The free trade agreement (FTA) pending between the United States and Panama will enter into force on October 31.
Letters exchanged this week between U.S. Trade Representative Ron Kirk and Panamanian Minister of Commerce and Industry Ricardo Quijano established the date on which the FTA would go into effect, after officials in each country completed a review of laws and regulations related to the agreement's implementation.
When the FTA enters into force next week, Panama will immediately reduce or eliminate tariffs on U.S. industrial goods, which currently average 7% but can stretch as high as 81%. Furthermore, over 86% of U.S. exports of consumer and industrial products to Panama will become duty-free immediately, including information technology equipment, construction equipment, aircraft and parts, medical and scientific equipment, environmental products, pharmaceuticals and fertilizers.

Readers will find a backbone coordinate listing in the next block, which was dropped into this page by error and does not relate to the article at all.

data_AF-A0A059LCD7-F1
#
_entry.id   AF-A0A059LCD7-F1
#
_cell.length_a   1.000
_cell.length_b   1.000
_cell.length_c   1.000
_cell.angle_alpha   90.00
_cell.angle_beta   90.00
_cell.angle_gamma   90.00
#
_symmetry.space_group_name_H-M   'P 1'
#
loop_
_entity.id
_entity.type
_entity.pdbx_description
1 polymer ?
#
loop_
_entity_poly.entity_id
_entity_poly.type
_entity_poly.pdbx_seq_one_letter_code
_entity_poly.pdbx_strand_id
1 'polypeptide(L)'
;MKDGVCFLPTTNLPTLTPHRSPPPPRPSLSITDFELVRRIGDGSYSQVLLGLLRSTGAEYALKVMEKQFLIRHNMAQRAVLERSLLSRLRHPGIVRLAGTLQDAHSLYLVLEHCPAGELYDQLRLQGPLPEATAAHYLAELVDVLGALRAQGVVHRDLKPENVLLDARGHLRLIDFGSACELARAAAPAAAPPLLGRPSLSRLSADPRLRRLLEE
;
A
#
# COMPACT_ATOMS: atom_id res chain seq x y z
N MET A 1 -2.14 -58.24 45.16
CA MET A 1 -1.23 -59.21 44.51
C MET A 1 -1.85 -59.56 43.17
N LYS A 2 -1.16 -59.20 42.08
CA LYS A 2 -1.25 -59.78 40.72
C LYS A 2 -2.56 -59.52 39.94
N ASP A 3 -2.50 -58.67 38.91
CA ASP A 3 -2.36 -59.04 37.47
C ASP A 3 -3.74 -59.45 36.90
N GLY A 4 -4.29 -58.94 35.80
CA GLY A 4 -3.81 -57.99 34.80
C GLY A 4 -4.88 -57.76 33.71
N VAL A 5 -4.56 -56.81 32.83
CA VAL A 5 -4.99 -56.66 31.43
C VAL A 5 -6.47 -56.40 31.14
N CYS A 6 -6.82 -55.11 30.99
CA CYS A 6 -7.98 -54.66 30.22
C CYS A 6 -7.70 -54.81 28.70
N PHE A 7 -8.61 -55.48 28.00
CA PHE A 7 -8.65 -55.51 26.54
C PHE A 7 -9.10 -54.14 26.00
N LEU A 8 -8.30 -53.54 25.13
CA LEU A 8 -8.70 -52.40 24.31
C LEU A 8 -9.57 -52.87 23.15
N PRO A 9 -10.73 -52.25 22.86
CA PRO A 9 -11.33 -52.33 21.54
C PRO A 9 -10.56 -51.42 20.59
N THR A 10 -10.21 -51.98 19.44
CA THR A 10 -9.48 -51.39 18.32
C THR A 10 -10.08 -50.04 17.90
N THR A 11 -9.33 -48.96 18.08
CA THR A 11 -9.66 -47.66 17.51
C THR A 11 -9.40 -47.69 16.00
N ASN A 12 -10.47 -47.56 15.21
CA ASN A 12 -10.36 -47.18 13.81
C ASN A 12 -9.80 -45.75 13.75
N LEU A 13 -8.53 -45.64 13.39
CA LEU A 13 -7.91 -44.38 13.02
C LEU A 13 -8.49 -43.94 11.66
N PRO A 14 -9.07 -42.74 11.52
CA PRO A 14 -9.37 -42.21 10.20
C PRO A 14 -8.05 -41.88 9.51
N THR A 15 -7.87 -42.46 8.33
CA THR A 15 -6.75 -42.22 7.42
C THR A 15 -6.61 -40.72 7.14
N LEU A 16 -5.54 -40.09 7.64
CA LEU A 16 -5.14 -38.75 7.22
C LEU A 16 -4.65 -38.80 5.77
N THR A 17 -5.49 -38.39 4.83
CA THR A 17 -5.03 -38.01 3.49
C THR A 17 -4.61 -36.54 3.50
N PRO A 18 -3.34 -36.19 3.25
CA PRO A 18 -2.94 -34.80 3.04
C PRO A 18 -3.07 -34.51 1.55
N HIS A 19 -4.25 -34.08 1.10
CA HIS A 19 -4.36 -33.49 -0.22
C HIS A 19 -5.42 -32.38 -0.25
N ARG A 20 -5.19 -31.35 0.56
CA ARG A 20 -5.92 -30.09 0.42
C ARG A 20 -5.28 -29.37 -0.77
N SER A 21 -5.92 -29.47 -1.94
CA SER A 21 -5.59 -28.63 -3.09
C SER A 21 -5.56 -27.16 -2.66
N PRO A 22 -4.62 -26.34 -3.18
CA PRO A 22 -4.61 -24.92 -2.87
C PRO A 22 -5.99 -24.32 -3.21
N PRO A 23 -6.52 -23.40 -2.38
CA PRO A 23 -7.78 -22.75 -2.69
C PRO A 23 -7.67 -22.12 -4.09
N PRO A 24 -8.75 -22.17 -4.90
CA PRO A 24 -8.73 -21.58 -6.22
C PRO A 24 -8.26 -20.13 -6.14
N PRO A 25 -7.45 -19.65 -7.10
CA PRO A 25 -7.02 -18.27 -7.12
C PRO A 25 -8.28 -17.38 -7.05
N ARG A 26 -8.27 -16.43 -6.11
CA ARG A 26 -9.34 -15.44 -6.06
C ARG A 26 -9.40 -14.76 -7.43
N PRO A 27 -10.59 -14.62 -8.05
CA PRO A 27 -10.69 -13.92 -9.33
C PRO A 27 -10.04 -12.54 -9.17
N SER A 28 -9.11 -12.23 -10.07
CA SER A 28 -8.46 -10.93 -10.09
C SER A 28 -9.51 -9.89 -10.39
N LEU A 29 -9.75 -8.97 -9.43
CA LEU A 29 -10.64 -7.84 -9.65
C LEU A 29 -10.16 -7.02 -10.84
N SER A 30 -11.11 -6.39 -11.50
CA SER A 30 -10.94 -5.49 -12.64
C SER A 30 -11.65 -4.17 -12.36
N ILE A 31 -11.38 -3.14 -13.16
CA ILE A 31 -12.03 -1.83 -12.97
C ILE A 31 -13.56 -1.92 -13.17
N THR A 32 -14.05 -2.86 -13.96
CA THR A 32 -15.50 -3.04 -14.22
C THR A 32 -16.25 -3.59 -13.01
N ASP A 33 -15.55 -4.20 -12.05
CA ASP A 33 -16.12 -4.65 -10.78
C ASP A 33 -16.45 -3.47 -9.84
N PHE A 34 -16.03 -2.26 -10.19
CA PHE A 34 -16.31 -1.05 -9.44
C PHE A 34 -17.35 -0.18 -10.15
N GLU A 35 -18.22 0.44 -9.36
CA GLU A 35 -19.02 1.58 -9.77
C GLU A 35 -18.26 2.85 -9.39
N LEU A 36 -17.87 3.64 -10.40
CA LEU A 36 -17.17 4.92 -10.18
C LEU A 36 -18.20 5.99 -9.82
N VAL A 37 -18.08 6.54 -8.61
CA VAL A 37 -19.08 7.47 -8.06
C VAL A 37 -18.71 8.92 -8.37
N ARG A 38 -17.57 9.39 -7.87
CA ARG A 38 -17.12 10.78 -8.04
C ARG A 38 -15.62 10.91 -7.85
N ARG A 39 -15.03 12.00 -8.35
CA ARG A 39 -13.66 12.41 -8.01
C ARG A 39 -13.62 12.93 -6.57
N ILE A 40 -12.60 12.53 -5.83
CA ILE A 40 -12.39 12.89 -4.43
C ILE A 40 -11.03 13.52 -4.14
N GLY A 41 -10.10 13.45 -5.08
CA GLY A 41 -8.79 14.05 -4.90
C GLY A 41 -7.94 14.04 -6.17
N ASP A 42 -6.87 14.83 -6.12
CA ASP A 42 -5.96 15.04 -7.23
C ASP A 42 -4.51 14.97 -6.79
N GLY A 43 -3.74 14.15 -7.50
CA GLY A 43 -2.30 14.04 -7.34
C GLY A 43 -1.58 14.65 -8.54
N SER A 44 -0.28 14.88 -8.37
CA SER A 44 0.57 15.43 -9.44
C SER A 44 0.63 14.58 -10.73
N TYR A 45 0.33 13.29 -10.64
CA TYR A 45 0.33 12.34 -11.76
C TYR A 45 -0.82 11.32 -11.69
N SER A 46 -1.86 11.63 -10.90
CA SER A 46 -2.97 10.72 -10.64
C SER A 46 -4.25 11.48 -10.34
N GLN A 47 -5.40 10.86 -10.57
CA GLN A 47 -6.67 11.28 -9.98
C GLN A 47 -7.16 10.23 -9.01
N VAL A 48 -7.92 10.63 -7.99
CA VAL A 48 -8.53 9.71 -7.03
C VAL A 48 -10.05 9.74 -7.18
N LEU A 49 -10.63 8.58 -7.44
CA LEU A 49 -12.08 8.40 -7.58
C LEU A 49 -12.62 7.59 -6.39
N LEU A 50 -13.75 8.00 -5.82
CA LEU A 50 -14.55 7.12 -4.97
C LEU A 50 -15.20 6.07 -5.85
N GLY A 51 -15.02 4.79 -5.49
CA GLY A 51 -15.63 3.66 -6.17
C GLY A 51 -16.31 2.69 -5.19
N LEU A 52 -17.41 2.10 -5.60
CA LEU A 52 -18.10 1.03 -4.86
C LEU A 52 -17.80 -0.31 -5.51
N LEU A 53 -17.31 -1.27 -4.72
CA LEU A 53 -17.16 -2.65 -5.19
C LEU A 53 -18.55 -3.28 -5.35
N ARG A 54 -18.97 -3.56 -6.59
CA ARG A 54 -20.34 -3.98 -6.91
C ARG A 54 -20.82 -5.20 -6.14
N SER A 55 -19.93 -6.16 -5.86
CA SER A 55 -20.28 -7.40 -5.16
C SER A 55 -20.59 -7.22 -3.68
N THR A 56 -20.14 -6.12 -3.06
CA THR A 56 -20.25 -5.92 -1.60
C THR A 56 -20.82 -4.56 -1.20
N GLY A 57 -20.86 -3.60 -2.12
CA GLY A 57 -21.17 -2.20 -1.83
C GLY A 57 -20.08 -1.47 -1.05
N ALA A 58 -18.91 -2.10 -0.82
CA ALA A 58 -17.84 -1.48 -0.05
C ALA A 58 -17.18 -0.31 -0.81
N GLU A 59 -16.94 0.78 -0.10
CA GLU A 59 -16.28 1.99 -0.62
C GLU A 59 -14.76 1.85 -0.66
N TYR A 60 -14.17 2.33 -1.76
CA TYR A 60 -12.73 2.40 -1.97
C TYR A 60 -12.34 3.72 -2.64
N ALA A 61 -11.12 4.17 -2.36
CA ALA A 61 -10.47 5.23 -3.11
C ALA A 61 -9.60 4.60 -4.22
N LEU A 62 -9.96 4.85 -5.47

"This agreement also provides U.S. firms and workers improved access to customers in Panama’s $22 billion services market, including in areas such as financial, telecommunications, computer, express delivery, energy, environmental and professional services," said Kirk. "Panama is one of the fastest growing economies in Latin America, expanding 10.6% in 2011, with forecasts of between 5-8% annual growth through 2017. That adds up to support for more well-paying jobs across the United States."
The FTA is also expected to benefit the U.S. agricultural industry, as U.S. agricultural exports to Panama currently face an average tariff of 15%, with some reaching as high as 260%. Upon entrance into force, the agreement will immediately make nearly half of U.S. exports of agricultural commodities to Panama duty-free, with most remaining tariffs being eliminated over the next 15 years.
- Jacob Barron, CICP, NACM staff writer